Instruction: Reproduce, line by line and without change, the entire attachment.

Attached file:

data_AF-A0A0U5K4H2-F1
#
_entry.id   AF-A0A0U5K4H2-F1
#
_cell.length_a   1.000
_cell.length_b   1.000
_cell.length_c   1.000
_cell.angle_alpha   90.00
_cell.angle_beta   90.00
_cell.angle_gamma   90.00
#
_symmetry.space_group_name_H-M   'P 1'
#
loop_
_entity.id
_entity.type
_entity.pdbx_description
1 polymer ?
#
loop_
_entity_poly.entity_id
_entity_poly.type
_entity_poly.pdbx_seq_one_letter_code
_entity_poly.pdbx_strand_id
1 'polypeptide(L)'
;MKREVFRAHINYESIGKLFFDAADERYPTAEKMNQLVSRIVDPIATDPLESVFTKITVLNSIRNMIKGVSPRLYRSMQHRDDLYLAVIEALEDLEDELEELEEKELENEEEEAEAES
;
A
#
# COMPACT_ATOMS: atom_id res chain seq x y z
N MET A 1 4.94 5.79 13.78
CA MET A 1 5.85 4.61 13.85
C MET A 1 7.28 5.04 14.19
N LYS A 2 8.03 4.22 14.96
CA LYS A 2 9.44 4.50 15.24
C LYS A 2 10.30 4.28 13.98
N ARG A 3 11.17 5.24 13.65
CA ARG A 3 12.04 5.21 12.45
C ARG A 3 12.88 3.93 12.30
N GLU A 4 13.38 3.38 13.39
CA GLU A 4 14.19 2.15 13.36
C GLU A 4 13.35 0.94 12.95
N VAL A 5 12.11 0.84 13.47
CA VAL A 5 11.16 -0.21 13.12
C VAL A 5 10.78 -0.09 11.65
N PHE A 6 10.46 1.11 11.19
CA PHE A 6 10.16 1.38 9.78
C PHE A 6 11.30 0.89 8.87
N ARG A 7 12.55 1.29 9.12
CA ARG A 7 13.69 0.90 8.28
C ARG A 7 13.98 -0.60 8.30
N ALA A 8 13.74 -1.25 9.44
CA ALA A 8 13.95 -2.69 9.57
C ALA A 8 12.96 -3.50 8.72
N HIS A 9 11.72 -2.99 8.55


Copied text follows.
data_AF-A0A0U5K4H2-F1
#
_entry.id   AF-A0A0U5K4H2-F1
#
_cell.length_a   1.000
_cell.length_b   1.000
_cell.length_c   1.000
_cell.angle_alpha   90.00
_cell.angle_beta   90.00
_cell.angle_gamma   90.00
#
_symmetry.space_group_name_H-M   'P 1'
#
loop_
_entity.id
_entity.type
_entity.pdbx_description
1 polymer ?
#
loop_
_entity_poly.entity_id
_entity_poly.type
_entity_poly.pdbx_seq_one_letter_code
_entity_poly.pdbx_strand_id
1 'polypeptide(L)'
;MKREVFRAHINYESIGKLFFDAADERYPTAEKMNQLVSRIVDPIATDPLESVFTKITVLNSIRNMIKGVSPRLYRSMQHRDDLYLAVIEALEDLEDELEELEEKELENEEEEAEAES
;
A
#
# COMPACT_ATOMS: atom_id res chain seq x y z
N MET A 1 4.94 5.79 13.78
CA MET A 1 5.85 4.61 13.85
C MET A 1 7.28 5.04 14.19
N LYS A 2 8.03 4.22 14.96
CA LYS A 2 9.44 4.50 15.24
C LYS A 2 10.30 4.28 13.98
N ARG A 3 11.17 5.24 13.65
CA ARG A 3 12.04 5.21 12.45
C ARG A 3 12.88 3.93 12.30
N GLU A 4 13.38 3.38 13.39
CA GLU A 4 14.19 2.15 13.36
C GLU A 4 13.35 0.94 12.95
N VAL A 5 12.11 0.84 13.47
CA VAL A 5 11.16 -0.21 13.12
C VAL A 5 10.78 -0.09 11.65
N PHE A 6 10.46 1.11 11.19
CA PHE A 6 10.16 1.38 9.78
C PHE A 6 11.30 0.89 8.87
N ARG A 7 12.55 1.29 9.12
CA ARG A 7 13.69 0.90 8.28
C ARG A 7 13.98 -0.60 8.30
N ALA A 8 13.74 -1.25 9.44
CA ALA A 8 13.95 -2.69 9.57
C ALA A 8 12.96 -3.50 8.72
N HIS A 9 11.72 -2.99 8.55